TFA SB Solid Core UPOCC Bi-wire Speaker Cables

 This recipe will be using Neotech UPOCC solid core copper wire in a 16 gauge. You have a few different options with this wire, it can be had with a PVC or Teflon insulation and is available with or without the cryo treatment. In this particular recipe we went with the Neotech UPOCC copper, PVC/Cryo Treated. The differences in sound between the various versions are subtle but important to some listeners, and in the end come down to personal preference. We will let the builders decide which is "best" for them. The solid core wires are stiff, if you are looking for a pliable wire this recipe may be too stiff for your application.
We are constructing a bi-wire cable set in this recipe, if you do not require biwire cables you may simply adjust the recipe by duplicating the termination instructions for the LS4's on both ends.
Now let's get started!
The first step is to cut the wire to the length required for your project. Our cables were 5 feet, the individual conductors were cut to 5 feet, 3 inches. This will give enough extra length to allow for the twist and end trimming. When you have all the conductors cut (8 for bi-wire, 4 for single wire) arrange them so the text on the jacket is flowing in the same direction and strip 1 inch of insulation from one end of all the conductors. The stripped ends will be soldered together to aid construction.
 
 
The soldered ends may be fastened to the workbench, this will make it much easier to handle the wire. We clamped the soldered ends in a bench mounted vise for this operation. Now we make the twists. The wires are NOT gripped together and twisted. What you do when the soldered end is fastened, is stand back so you are holding one conductor in each hand about one or two feet from the end and place one wire over the other until you reach the end. This will be loose and uneven. If you have a helper, have them hold the end while you go back to the beginning and use your fingers to refine the twist to a nice even rate of about one complete revolution every 3 to 3.5 inches. When you have the two conductors twisted evenly over the entire length you may secure the loose end of the twisted pair with a cable tie.
 
 
When you have all four pairs twisted together, the next step is to apply the damping material. We are using polyolefin 2:1 shrinktube. Our CPX 100 1/4" shrinktube comes in a continuous roll so there will be no seams in the covering. we cut our pieces about the same length as the cables. Slip the twisted pairs into the CPX starting at the soldered end and apply heat to all areas of the tubing to get a nice tight finish. We used black shrinktube on our cables.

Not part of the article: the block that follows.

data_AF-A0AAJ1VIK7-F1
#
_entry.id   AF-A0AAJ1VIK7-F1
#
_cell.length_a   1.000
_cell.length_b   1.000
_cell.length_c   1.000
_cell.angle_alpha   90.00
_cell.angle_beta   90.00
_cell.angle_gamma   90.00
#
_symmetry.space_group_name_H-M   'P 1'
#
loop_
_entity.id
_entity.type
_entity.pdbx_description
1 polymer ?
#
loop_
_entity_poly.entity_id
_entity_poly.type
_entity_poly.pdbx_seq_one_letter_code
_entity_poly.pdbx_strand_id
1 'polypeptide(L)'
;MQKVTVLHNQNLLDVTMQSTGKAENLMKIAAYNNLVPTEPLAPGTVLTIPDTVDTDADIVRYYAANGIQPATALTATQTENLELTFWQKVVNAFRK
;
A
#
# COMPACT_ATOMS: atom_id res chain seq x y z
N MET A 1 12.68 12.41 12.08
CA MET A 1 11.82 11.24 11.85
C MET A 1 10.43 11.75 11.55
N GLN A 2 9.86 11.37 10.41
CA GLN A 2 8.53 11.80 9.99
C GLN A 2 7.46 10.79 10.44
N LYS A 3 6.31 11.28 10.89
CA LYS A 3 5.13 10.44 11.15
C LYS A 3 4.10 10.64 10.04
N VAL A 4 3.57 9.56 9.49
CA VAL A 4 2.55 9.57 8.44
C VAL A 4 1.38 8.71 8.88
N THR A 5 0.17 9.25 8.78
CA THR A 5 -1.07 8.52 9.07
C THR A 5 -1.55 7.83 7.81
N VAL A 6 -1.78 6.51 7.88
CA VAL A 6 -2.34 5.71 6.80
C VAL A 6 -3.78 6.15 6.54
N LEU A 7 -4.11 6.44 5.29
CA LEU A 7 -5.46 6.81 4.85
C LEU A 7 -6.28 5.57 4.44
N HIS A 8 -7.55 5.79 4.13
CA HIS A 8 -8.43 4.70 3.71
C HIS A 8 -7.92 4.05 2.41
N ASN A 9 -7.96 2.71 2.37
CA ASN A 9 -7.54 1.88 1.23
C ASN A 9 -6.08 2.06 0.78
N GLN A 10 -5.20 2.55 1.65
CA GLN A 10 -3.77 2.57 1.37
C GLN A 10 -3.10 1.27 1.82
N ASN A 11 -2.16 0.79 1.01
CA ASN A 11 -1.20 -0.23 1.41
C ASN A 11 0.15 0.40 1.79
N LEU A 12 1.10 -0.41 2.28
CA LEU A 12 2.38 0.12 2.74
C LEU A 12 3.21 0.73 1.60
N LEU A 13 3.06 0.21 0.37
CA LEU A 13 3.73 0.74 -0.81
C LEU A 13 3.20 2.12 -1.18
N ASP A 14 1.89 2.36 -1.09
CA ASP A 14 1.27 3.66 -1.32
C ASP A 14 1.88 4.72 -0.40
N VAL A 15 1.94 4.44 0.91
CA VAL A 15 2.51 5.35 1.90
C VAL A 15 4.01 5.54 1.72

The next step will be remove the cable ties and trim all four cables to the EXACT same length. Make sure you are still maintaining the orientation of the cables with regards to the text on the jacket before you begin to strip the CPX to form the leads.
 
 
Next we strip the CPX jacket back 120 mm on the amplifier end being careful not to score the PVC jacket of the conductors.
 
 
When you are done stripping the CPX we lay both cables on top of one another and make twisted pairs again. This time using one conductor from each cable and then repeating for the other pole.
 


Next we cover the source leads with colour coded shrinktube, Red for the positive and Black for the negative. Cut each piece of CPA 100 3/8" shrinktube about 110 mm long and push them on evenly and as far down as possible. Now apply the heat uniformly with the heatgun to shrink them down.



We usually wrap Teflon tape over the conductor insulation between the CPA on the leads and the CPX on the jacket to make a smooth transition. This gives a smoother appearance when the final piece of shrinktube is applied. In the photo below we have already applied the PET sleeve. We used a PS 1/4" Clear sleeve, this gives a very attractive finish with the black CPX shrinktube. You can use 1/4" or 3/8" polysleeve to cover the cables, the 1/4" will let the underlying colour glint through and the 3/8" will give full coverage. With either size you will need a little more sleeve than you have cable.



The next step is to apply a short piece of CPA 100 1/2" black shrinktube over the transition area. About 1.5" is the right length. This will hold the PET in place and give strain relief to the leads. Be careful with the heatgun near the PET to avoid melting the PET. We use a piece of aluminium foil which has been folded in to multiple layers as a heat shield for this operation.



Now we switch to the opposite end of the cables and begin terminating. We start by stripping 100 mm of the CPX jacket. The picture below also shows about how close to the end of the CPX the PET sleeve needs to be.



Now cut you CPA 100 1/4" to length for the colour coded leads. We cut ours at about 90 mm.



At this point you will need to use a multimeter to find out which of the leads at the speaker end are to be coded black and which are red. Since our conductors have a yellow jacket we simply marked the ones that were to get black shrinktube with a black magic marker. The leads should be coded the same colour as the matching leads at the power amp end.


 
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